Northwest NEWS

December 2, 2002

Editorial

Duvall is now at a crossroads

Our first encounter with the small town of Duvall was at the culmination of a Sunday drive we took on a sunny autumn day. We were driving on SR203 through Preston and the small towns of Fall City, Carnation and Duvall, a route used by many seeking a leisurely drive in the country. We were especially charmed by Duvall with its siting on a hill overlooking the Snoqualmie Valley. Several years later we purchased a home in Duvall within walking distance of downtown and have lived here for almost six years. Our decision to locate in Duvall was based on our desire to live in a place with a sense of community and distinctive flavor that offset the sameness that pervades "Anywhere, USA."
   Duvall is now at a crossroads. Even though its physical location and a river that floods helps to preserve its rural character, the ever-relentless wave of development is constantly knocking at its door. Its comparatively lower housing prices lure many who are seeking nothing more than a bedroom community. But Duvall is also blessed with an active core of citizens who are seriously committed to helping guide its future course. Presently they are trying to save the Thayer barn, a structure generously donated to the city for use as a new community arts center. An enlightened developer, Newhall Jones, is ready to use the barn as the centerpiece of a new multi-use village with condominiums, live/work units for artists, and commercial space. The barn will sit on a 1/3-acre parcel of land generously donated by the developer and have unobstructed views of the Snoqualmie Valley.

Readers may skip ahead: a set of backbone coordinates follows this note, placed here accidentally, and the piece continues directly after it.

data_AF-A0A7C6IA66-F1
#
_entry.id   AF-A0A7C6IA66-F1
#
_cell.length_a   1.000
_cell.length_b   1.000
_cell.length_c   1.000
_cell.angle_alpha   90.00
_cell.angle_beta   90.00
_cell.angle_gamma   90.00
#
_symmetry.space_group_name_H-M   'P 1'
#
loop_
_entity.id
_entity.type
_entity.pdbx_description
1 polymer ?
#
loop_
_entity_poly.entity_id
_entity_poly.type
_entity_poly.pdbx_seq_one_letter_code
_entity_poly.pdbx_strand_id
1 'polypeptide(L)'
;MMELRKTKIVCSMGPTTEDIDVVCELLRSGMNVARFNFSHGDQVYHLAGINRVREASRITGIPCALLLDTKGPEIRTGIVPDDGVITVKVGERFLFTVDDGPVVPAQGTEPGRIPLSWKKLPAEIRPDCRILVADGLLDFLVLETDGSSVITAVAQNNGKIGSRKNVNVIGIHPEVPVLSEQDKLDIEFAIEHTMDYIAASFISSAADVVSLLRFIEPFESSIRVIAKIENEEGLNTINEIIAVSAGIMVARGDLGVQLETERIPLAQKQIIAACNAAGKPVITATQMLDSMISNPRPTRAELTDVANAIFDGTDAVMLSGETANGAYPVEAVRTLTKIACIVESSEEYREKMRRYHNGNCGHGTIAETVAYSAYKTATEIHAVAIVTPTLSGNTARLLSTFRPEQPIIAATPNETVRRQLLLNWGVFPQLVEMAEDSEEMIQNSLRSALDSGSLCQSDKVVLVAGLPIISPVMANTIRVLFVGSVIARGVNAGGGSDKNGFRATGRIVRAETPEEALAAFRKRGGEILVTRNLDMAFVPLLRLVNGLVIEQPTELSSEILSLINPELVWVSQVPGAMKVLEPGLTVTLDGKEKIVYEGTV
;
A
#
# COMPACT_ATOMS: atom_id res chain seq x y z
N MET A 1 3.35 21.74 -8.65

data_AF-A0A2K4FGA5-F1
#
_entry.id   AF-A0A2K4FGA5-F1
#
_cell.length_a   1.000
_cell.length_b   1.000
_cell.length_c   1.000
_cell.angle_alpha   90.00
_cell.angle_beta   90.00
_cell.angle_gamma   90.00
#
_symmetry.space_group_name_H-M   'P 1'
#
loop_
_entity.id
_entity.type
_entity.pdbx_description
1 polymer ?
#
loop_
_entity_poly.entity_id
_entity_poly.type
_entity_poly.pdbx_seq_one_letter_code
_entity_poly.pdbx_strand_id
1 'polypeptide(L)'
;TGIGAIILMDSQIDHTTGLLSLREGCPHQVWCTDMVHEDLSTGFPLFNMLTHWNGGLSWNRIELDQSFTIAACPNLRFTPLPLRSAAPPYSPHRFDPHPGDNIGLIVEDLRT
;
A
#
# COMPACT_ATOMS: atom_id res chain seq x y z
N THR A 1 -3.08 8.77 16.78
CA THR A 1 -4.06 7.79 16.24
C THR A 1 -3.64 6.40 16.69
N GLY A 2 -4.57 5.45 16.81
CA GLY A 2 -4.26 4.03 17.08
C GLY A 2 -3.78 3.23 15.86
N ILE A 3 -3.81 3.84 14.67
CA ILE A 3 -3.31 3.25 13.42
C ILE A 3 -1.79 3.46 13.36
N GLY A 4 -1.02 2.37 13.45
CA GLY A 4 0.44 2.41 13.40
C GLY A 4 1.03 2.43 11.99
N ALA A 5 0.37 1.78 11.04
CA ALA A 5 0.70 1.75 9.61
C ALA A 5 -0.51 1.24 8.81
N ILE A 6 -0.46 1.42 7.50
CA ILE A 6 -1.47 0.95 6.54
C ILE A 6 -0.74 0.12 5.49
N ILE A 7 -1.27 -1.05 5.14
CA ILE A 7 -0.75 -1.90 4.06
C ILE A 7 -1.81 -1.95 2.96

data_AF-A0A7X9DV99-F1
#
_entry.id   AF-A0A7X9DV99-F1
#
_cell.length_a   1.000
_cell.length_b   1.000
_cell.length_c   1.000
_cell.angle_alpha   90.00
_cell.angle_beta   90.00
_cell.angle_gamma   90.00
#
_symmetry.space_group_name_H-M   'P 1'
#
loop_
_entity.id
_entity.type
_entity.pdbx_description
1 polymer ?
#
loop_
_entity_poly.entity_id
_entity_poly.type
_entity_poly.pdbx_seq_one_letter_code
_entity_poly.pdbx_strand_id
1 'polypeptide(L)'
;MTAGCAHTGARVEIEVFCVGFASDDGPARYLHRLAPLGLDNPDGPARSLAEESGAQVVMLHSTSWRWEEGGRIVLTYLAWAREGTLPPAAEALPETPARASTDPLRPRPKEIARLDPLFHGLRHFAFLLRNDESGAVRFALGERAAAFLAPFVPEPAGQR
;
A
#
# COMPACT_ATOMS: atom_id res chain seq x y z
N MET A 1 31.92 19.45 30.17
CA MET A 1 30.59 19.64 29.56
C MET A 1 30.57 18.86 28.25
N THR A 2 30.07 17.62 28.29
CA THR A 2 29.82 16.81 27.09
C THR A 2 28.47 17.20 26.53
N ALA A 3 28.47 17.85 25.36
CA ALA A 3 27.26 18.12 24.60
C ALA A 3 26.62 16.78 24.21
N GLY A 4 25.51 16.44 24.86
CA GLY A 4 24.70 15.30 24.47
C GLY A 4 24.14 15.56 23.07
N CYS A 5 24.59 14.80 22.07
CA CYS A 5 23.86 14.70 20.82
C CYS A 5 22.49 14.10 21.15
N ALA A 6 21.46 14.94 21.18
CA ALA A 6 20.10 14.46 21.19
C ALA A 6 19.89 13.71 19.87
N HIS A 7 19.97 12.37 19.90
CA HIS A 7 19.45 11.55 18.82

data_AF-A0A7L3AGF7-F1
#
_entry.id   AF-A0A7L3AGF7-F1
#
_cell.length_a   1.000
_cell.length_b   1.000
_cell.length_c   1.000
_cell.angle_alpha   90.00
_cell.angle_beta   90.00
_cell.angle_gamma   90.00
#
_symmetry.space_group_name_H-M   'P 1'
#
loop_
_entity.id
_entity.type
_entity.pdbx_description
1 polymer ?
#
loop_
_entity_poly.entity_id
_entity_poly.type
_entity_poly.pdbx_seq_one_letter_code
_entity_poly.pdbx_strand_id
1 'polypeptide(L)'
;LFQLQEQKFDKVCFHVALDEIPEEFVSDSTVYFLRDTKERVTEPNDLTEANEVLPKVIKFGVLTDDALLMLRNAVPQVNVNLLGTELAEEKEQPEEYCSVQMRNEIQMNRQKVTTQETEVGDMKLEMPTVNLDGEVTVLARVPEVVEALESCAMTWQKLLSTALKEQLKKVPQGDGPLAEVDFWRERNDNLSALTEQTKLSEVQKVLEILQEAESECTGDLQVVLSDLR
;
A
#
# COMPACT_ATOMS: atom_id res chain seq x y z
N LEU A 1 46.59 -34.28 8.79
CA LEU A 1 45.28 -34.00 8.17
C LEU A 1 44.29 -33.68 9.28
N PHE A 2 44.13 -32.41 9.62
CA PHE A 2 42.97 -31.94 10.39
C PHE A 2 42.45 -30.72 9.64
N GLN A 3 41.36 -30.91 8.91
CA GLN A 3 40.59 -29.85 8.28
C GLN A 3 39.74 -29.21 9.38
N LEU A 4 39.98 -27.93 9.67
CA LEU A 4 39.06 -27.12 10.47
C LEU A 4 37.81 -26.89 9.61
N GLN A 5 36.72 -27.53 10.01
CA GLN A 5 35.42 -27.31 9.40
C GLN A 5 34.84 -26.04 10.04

In order to meet its new agenda as a community arts center, the barn must undergo a transformation. The upper portion of the barn must be removed and placed on a new foundation and first floor, greatly increasing the amount of useable space. At this juncture, barn supporters are looking to the City of Duvall to give its blessing to the project with a commitment of $200,000. The Duvall Foundation for the Arts (DFA) will raise an additional $100,000 to carry out the initial phase. Without the initial seed money from the City, it will be difficult for DFA to request support from other funding sources.
   Unfortunately, the vision and enthusiasm of the Barn supporters has not necessarily been shared by all the members of the City Council. Some members seem unable to look beyond the immediate demands of more basic infrastructure, such as roads and a sewage treatment plant. These are important items and the economy is currently not the most robust, but it would be a tragedy if this unique opportunity were not seized. An active community arts center will attract visitors to Duvall and have a positive economic impact. It will be a place where theater, music, dance and the visual arts can thrive through classes, workshops and performances.
   We strongly urge the City Council to make this modest budget commitment to save a symbol of the heart and soul of Duvall.
   Karen and Larry Bergeron, Duvall